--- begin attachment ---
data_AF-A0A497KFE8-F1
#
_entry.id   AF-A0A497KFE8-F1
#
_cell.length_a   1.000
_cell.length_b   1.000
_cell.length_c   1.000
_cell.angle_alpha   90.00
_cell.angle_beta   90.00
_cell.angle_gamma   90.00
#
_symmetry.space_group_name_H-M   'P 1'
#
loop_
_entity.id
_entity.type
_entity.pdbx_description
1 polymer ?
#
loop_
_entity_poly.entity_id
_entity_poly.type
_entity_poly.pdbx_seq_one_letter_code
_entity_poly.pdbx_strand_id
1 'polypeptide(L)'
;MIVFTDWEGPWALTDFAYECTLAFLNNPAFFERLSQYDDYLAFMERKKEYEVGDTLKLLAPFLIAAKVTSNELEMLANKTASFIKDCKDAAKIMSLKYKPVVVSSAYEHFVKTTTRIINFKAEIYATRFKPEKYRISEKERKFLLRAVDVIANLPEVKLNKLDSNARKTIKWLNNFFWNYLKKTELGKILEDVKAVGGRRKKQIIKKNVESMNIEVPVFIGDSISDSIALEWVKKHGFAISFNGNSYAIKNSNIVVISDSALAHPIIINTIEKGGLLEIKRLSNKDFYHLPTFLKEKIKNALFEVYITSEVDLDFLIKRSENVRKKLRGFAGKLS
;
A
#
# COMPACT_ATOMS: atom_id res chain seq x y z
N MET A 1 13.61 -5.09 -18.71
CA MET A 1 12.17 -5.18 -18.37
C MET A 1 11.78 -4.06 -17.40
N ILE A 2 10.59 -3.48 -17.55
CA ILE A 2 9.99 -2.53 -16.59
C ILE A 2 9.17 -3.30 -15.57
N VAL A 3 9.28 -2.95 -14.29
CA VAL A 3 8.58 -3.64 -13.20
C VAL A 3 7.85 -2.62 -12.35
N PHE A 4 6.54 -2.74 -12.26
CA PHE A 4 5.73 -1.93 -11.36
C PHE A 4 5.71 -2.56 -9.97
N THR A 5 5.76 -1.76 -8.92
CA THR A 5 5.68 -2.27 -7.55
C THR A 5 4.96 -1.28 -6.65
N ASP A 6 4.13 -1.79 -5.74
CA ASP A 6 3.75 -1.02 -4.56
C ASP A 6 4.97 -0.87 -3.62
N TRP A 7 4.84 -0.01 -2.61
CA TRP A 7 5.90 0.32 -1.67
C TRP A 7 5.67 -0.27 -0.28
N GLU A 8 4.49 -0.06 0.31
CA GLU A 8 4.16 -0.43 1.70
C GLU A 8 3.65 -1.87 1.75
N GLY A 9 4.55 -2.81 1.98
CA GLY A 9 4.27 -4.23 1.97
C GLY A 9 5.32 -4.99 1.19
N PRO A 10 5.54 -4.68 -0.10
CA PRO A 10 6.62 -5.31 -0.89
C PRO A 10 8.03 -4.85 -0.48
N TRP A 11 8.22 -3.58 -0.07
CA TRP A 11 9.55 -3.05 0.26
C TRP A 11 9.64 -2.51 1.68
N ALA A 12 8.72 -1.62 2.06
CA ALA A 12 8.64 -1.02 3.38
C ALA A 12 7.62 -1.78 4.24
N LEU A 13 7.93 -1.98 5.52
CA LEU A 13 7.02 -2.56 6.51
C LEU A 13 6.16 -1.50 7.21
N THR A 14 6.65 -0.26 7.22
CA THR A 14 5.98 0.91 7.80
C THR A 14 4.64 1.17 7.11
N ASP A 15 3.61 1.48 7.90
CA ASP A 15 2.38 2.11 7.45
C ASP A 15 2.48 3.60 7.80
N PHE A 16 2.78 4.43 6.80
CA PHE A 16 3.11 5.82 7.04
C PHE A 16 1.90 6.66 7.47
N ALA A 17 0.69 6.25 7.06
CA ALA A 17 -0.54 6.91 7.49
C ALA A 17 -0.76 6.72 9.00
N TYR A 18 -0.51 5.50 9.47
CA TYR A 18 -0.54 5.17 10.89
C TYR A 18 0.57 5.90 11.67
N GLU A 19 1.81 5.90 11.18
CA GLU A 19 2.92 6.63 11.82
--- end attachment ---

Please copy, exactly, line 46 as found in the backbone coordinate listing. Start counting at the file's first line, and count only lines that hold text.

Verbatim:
N ASP A 6 4.13 -1.79 -5.74